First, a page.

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Undergraduate Research Thesis

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This project is on github: Link

I completed my Undergraduate Research Thesis on developing a solution to the planning problem for the 12d Printer Problem. This discussion builds on that so let me summarize the key points first:

  • The 12d Printer was a somewhat outlandish concept of using multiple print heads one printer concurrently

For my research I tackled the project of two print heads in two configurations: the unbounded configuration where items can move freely and the gantry (most current IDEX printers) model. At a high level the algorithm is as follows:

  • Using existing GCode from some other slicing software
  • Operating on a single layer at a time
  • Take the chains of coincident segments and see which chains can be printed concurrently
  • For chain pairs using a greedy algorithm
  • Link the chain pairs together using free non-print moves

For a more detailed discussion of the algorithm, I refer you to my paper on the topic. (TODO: Link)

What I want to discuss more is the software development process. A solution was developed first in Python and then transitioned to C/C++ as performance became an increasing focus.

Where I want to start is testing. The biggest problem that I ran into was a refusal to write good test cases (coupled with reinventing the wheel in many places). For example, rather than using a tested, public library such as Boost Geometry, I instead decided to re-implement the function that I needed: distance between two lines. This is a function built into Boost Geometry (Link). I knew Boost Geometry existed; I have no idea why I didn't use it. My guess: I had trouble with boost geometry and thought How hard can it be to reimplement myself? Turns out, it can be quite difficult, especially when there are no test cases. I lost alot of time to computational geometry problems that could be trivially solved with a library.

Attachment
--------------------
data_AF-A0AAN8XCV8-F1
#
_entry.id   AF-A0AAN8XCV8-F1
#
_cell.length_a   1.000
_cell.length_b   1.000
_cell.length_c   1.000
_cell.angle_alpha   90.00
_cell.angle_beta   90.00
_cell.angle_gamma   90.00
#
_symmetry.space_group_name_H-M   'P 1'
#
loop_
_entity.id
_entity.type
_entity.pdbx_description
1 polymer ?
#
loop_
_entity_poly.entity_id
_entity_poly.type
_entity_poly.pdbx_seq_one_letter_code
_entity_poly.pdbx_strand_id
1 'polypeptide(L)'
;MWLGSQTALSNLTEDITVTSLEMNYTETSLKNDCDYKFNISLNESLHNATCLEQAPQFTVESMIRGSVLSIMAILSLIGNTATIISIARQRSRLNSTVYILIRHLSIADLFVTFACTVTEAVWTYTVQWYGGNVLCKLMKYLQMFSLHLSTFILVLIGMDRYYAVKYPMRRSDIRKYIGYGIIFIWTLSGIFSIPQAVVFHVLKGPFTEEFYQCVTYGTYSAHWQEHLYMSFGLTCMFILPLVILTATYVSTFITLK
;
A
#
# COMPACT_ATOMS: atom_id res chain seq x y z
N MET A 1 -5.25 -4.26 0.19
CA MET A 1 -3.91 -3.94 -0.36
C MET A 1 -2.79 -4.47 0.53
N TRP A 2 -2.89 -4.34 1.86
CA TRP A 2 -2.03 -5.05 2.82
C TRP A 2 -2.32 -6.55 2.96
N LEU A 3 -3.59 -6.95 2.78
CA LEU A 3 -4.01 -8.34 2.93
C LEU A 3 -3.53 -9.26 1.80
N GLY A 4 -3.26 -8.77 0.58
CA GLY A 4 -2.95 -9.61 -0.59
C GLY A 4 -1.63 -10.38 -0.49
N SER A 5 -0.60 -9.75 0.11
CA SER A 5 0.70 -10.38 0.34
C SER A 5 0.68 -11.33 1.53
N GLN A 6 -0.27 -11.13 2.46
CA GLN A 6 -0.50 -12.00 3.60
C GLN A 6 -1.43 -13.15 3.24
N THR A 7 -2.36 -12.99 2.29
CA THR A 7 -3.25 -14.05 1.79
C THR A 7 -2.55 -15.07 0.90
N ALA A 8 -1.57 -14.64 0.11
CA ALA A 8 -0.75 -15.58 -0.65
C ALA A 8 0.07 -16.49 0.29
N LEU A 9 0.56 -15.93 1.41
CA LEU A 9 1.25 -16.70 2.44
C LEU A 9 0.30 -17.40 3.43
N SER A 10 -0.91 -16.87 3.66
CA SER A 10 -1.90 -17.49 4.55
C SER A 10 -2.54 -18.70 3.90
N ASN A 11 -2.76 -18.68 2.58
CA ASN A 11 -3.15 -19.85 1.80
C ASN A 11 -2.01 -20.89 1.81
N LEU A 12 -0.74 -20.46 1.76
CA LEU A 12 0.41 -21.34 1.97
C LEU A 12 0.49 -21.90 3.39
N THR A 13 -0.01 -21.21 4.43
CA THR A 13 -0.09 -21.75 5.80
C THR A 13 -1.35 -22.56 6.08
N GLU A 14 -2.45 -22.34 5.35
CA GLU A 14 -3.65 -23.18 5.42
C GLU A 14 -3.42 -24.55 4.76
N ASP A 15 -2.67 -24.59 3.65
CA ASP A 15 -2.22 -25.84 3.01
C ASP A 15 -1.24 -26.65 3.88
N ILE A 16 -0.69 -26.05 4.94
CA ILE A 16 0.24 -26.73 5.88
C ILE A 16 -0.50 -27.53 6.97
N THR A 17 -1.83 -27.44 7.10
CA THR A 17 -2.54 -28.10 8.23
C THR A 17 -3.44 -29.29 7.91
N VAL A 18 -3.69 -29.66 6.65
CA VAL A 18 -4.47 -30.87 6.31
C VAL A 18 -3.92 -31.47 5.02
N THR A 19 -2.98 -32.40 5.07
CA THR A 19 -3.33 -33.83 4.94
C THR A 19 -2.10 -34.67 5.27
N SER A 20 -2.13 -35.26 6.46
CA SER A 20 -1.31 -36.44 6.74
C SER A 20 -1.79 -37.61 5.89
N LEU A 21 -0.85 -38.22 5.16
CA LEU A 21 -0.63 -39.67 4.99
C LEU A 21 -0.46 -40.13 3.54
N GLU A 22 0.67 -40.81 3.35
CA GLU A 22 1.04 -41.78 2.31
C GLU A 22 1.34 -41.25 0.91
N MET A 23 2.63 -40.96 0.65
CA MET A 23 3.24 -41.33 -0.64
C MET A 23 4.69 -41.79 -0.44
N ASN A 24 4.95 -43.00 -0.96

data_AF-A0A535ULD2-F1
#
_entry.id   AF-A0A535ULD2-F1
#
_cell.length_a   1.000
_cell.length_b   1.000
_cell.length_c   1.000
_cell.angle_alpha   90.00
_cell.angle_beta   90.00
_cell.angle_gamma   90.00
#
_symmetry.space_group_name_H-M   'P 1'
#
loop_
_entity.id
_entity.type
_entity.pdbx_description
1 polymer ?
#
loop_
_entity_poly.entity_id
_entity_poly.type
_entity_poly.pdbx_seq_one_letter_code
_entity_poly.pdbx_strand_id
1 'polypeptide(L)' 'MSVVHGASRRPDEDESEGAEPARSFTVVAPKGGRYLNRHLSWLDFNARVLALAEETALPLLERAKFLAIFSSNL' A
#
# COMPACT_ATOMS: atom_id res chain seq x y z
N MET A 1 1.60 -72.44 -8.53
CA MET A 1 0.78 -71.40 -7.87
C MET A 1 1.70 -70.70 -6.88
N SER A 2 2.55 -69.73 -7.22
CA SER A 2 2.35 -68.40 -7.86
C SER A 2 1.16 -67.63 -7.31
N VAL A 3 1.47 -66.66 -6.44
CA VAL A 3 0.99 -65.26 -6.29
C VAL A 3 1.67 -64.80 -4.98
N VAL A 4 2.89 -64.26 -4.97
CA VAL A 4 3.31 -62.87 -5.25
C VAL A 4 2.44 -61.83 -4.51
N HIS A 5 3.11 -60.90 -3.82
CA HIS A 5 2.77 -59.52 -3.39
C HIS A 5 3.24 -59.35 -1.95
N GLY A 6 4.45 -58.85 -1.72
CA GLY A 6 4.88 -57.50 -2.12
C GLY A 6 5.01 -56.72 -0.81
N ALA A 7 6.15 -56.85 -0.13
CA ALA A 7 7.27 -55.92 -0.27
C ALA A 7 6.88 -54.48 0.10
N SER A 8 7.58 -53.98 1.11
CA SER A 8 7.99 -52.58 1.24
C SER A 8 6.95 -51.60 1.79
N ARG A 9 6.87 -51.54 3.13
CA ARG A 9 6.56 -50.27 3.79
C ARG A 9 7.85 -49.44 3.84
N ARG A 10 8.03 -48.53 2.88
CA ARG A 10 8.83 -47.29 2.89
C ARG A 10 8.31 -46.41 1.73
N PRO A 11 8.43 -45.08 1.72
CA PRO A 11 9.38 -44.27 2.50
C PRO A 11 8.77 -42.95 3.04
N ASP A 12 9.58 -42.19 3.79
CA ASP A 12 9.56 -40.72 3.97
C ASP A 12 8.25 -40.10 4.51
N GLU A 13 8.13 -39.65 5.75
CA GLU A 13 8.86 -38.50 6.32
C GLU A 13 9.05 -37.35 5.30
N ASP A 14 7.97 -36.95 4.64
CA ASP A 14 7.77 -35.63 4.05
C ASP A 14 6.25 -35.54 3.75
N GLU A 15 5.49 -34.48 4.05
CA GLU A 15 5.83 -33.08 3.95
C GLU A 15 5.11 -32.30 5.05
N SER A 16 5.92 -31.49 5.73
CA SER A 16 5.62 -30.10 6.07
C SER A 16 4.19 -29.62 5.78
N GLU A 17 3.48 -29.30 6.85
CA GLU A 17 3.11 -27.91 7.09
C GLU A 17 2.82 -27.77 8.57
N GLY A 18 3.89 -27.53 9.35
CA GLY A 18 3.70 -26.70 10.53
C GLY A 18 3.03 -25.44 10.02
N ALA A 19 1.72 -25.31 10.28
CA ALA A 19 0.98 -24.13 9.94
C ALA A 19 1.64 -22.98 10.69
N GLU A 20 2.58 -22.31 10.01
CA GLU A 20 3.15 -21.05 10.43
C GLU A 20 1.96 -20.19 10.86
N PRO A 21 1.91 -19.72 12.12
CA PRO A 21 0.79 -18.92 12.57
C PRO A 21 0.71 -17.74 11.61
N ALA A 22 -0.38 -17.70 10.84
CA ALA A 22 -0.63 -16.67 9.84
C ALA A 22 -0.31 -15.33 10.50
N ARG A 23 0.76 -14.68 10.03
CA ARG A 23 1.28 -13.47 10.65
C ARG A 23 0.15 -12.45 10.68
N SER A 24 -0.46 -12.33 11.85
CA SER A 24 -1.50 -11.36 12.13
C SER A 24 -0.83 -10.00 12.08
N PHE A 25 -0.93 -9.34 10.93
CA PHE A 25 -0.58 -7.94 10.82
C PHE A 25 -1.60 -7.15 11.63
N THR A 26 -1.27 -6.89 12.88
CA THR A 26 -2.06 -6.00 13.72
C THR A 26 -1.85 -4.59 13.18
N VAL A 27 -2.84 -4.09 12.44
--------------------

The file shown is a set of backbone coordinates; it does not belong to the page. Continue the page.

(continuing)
Once I had a working solution, it was relatively smooth sailing. A lot of tinkering and trying different algorithms and approaches. For this I used a public dataset of GCode files and could run my algorithms across the inputs. I used ideas from the 313 Wikipedia Indexer to make this enjoyable (namely multi-threading and having an in-flight progress readout). There were about 13,500 different files considered in total.

Results were somewhat promising. I showed that this simple algorithm could produce speedups on average 54% (unbounded config) and 13% (IDEX / Gantry config). These results should be taken with a grain of salt though.

The reason that this project never advanced was the controls theory side. A couple key assumptions were made that, I believe, have significance in the real world:

  • For the sake of computing time, segments were assumed to be the same small length which may cause time estimates to be off (I overestimated where possible)
  • The segments, when paired are assumes to take the same amount of time to print (which may not be true in the case of the gantry style and items with different angles relative to the gantry)
  • There is an inherent need for synchronization between the print heads (which is complicated by motion controllers doing look-ahead planning for acceleration/deceleration; it may be hard to give a guarantee for a segment pair without simulating many other pairs)
  • Acceleration, Deceleration, Stopping in one spot, temperature, extrusion speed, extrusion amount are all parameters that are manipulated to affect the quality of the resulting part (and things like synchronization may inadvertently influence these parameters)

These problems are discussed more in the 12d Printer page.

For a more detailed discussion of the algorithm, results, and samples I recommend reading the paper. (TODO: Link)

In summary, an interesting problem with potential real world applications. The controls side probably needs more work (currently, April 2022) than the planning side. The biggest conclusion: this was another project which got squeezed against a deadline; I needed results to write the paper to graduate. Some day I may revisit it, but after the late nights it took to get it "done", the motivation hasn't been there.

Perhaps the most interesting future direction is to explore GPU acceleration of the collision detection. It should be possible to generate a 2D (bit) grid of which segments can be printed concurrently. This would provide a significant speed up; the calculations of collisions is the majority of the time. Some initial tests were run and results were promising. However, once the deadline pressure kicked in, it got quickly sidelined. It would be interesting to revisit with my new GPU programming experience from my CSCE 645 - Polygon Packing project

Various Models considered in the paper

Various Models considered in the paper
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